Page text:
Posts Tagged entrees
Chili has always been a staple in my family. To me, it goes with winter like peanut butter goes with jelly, you can’t have one without the other. Growing up we ate chili at least once a week. We’d crumble crackers or cornbread up in the tomato base to thicken it up. I enjoy my family’s recipe for chili, but I do like to change it up every now and then by making Cincinnati Chili.
Cincinnati Chili, for those outside the Ohio-Kentucky area, is a delicious blend of spices–cinnamon, allspice, cumin, chili powder, etc.–onions, ground beef and tomatoes. It can be served over hot dogs with shredded cheese and chopped onions to make the Coney Dog, or it can be served as the following:
- Two Way (chili over spaghetti noodles)
- Three Way (a layer of spaghetti, chili and cheddar cheese)
- Four Way (a layer of spaghetti, chili, cheddar cheese and onions)
- Five Way (a layer of spaghetti, kidney beans, chili, cheddar cheese and onions)
Don’t be shy to try the mountainous four- or five-way chili, but whichever way you try it you must eat it with oyster crackers (small, hexgon-shaped crackers).
My recipe comes the 1987 Inter County Rural Electric Employee’s Cookbook (Danville, Ky.). It’s like a church cookbook, everything’s good!
- 2 pounds ground beef
- 2 medium onions, diced
- 4 cups water
- 16 oz. diced tomatoes
- 1-1/2 teaspoon vinegar
- 2 teaspoon Worcestershire sauce
- 1 tablespoon chili powder
- 2 teaspoon cumin
- 1-1/2 teaspoon allspice
- 1-1/2 teaspoon salt
- 1 teaspoon cayenne pepper
- 1 teaspoon cinnamon
- 1/2 teaspoon garlic powder
- 2 bay leaves
- 6 servings spaghetti, cooked
- 1-1/2 cup shredded cheddar cheese
- 1 bag oyster crackers
- 1 cup onion, chopped
- 16 oz. kidney beans, drained and heated
Combine ground beef , onions and water in a saucepan. Simmer until beef is turns brown. Add tomatoes with liquid, vinegar, Worcestershire sauce and all the spices. Cover and simmer for 3 hours. The fat will float. If there is time, place chili in the refrigerator and lift the fat layer off. If times doesn’t allow, it’s ok. It tastes great. Servings: 6.
I really like Mexican food. It’s pretty easy to make and is usually a hit in my house, which includes a 5-year-old who thinks the world could survive on macaroni and cheese. Since I’m not willing to serve mac and cheese every night, my boy is forced to eat other meals. While making up this week’s menu, it was little surprise that chicken and black bean enchiladas made the short list.
It seems every time I go to a Mexican restaurant I order enchiladas–chicken, shrimp, cheese, beans, you name it. It’s the old standby and for good reason, they’re delicious. Here in Columbia, I think Rio Grande has some of the best ones yet. I attribute it to their sauce. And since I probably can’t get the proprietary recipe, I had to come up with my own sauce recipe and I’m happy to share it.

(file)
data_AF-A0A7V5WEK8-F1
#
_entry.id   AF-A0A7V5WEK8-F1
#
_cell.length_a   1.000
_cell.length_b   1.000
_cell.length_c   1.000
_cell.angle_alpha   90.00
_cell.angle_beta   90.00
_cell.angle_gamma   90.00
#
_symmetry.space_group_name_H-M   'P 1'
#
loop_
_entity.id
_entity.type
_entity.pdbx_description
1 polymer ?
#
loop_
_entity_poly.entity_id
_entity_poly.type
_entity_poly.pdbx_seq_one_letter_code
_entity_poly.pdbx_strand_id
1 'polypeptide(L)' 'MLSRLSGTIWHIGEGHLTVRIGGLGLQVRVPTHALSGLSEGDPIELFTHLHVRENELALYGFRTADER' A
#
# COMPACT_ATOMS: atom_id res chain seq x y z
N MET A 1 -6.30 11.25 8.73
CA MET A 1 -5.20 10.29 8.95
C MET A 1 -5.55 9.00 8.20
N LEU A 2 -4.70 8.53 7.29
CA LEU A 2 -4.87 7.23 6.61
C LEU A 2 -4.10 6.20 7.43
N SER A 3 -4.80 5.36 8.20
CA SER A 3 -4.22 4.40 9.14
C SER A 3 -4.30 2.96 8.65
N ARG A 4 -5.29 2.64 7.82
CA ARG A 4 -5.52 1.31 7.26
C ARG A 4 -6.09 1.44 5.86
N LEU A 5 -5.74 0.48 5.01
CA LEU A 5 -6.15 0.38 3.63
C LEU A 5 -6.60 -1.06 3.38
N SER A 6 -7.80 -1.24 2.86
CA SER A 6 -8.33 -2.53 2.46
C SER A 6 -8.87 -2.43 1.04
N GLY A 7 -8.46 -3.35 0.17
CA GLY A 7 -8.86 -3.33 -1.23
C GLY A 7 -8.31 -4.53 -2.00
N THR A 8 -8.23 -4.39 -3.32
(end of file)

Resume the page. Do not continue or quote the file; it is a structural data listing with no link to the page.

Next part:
Chicken and Black Bean Enchiladas
- 1-2 chicken breasts, cooked and diced
- 1 can black beans
- 1/2 onion, diced
- 8 whole jalapenos
- 1 tablespoon olive oil
- 3 cups enchilada sauce* (see recipe below)
- 4 flour tortillas
- 3 cups shredded Mexican cheese
Boil the chicken in a pot of water with 6 halved jalapenos. Once the chicken is cooked, take off the heat and shred. Rinse the beans and add to a bowl with the chicken. Pour 1 cup of sauce over the chicken and beans. In a skillet, add the olive oil, onions and two diced jalapenos. Once tender, remove from heat. On each tortilla, spread the chicken and bean mixture along the center, top with onions and jalapenos, then finish off with a quarter cup of cheese. Roll up tortillas tightly.
In an 8×8 baking dish, pour one cup enchilada sauce in bottom of dish. Place four rolled up tortillas in the dish. Pour two cups of enchilada sauce over top. Add two cups of shredded cheese on the top.
I usually put aluminum foil over top so the cheese doesn’t brown too fast. Bake for 30 minutes. Remove the foil and cook for another 10 minutes. Serve with rice.
- 1/4 cup olive oil
- 1 onion, diced
- 3 cloves garlic, minced
- 1 poblano pepper, diced
- 4 chipotles en adobo
- 4 large tomatoes, diced
- 6 oz. tomato paste
- 1 teaspoon ground cumin
- 1 teaspoon oregano
- 3 cups chicken stock
In a large high-sided pan, add olive oil, onion, garlic and peppers. Once tender, add tomatoes, paste, chipotles en adobo and chicken stock. Now add the spices.
Simmer 15-20 minutes. Now add the entire mixture to a food processor or blender and pulse until thick and smooth. This recipe makes 4 cups.
Sometimes I double this recipe and freeze the extra in Zip-loc gallon bags. They lay flat and take up less space than containers. It’s a nice treat to have onhand when I’m feeling lazy but want something tasty to eat.
- Two (28 oz.) cans crushed tomatoes
- Two (6 oz.) cans tomato paste
- 1 medium onion, finely diced
- 4 cloves garlic (if you use the jar kind, then remember 1/2 tsp. equals 1 clove)
- 3 Tbsp. extra-virgin olive oil
- 1 Tbsp. basil
- 1 /2 Tbsp. oregano
- 2 large bay leaves
- 1 Tbsp. dark brown sugar
- 2 Tbsp. good balsamic vinegar
1) In a Dutch oven or large stockpot, bring olive oil to medium-low heat.
2) Add onions and garlic and cook until golden. The caramelization will make the sauce sweeter.
3) Add the dry ingredients, then wet ingredients. Stir until the tomato paste is smooth.
4) Simmer for one hour with lid ajar so steam can escape.
- 4-6 boneless chicken breasts
- 2 eggs
- 1 Tbsp. water
- 1 up all-purpose flour
- 1 tsp. salt
- 1 tsp. pepper
- 1 cup Italian bread crumbs
- 1 cup Panko bread crumbs
- 1 cup Parmesan Cheese
- 2 Tbsp. extra-virgin olive oil
- 2 Tsbp. unsalted butter
- 16 oz. fresh mozzerella
1) Place 1-2 chicken breasts in a large Ziploc bag, get all the air out and seal. Use a kitchen mallet and pound chicken into thin, even pieces. By doing this in a bag, clean up is easy and there’s no chance of splattering raw chicken juices.